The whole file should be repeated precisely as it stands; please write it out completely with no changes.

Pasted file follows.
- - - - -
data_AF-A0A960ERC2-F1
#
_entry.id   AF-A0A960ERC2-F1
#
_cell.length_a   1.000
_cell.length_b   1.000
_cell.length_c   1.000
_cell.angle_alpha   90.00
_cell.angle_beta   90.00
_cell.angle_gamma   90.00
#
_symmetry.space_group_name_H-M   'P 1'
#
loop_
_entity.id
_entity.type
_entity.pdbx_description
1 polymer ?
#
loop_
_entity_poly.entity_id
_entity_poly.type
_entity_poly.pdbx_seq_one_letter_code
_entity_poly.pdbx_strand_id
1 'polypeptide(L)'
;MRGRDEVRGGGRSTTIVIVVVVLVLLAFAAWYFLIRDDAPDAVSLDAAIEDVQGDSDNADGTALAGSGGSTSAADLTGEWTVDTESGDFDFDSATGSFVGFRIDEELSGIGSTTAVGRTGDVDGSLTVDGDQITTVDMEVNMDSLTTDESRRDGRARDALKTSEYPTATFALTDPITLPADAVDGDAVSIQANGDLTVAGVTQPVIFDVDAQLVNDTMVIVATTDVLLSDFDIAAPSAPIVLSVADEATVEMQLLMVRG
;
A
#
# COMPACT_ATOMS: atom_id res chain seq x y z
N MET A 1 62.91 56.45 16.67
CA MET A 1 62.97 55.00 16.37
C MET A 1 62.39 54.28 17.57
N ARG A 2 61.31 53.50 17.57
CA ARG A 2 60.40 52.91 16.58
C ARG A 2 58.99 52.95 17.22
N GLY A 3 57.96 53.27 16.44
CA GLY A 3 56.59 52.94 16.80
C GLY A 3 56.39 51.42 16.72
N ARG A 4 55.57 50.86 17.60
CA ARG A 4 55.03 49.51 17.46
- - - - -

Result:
data_AF-A0A960ERC2-F1
#
_entry.id   AF-A0A960ERC2-F1
#
_cell.length_a   1.000
_cell.length_b   1.000
_cell.length_c   1.000
_cell.angle_alpha   90.00
_cell.angle_beta   90.00
_cell.angle_gamma   90.00
#
_symmetry.space_group_name_H-M   'P 1'
#
loop_
_entity.id
_entity.type
_entity.pdbx_description
1 polymer ?
#
loop_
_entity_poly.entity_id
_entity_poly.type
_entity_poly.pdbx_seq_one_letter_code
_entity_poly.pdbx_strand_id
1 'polypeptide(L)'
;MRGRDEVRGGGRSTTIVIVVVVLVLLAFAAWYFLIRDDAPDAVSLDAAIEDVQGDSDNADGTALAGSGGSTSAADLTGEWTVDTESGDFDFDSATGSFVGFRIDEELSGIGSTTAVGRTGDVDGSLTVDGDQITTVDMEVNMDSLTTDESRRDGRARDALKTSEYPTATFALTDPITLPADAVDGDAVSIQANGDLTVAGVTQPVIFDVDAQLVNDTMVIVATTDVLLSDFDIAAPSAPIVLSVADEATVEMQLLMVRG
;
A
#
# COMPACT_ATOMS: atom_id res chain seq x y z
N MET A 1 62.91 56.45 16.67
CA MET A 1 62.97 55.00 16.37
C MET A 1 62.39 54.28 17.57
N ARG A 2 61.31 53.50 17.57
CA ARG A 2 60.40 52.91 16.58
C ARG A 2 58.99 52.95 17.22
N GLY A 3 57.96 53.27 16.44
CA GLY A 3 56.59 52.94 16.80
C GLY A 3 56.39 51.42 16.72
N ARG A 4 55.57 50.86 17.60
CA ARG A 4 55.03 49.51 17.46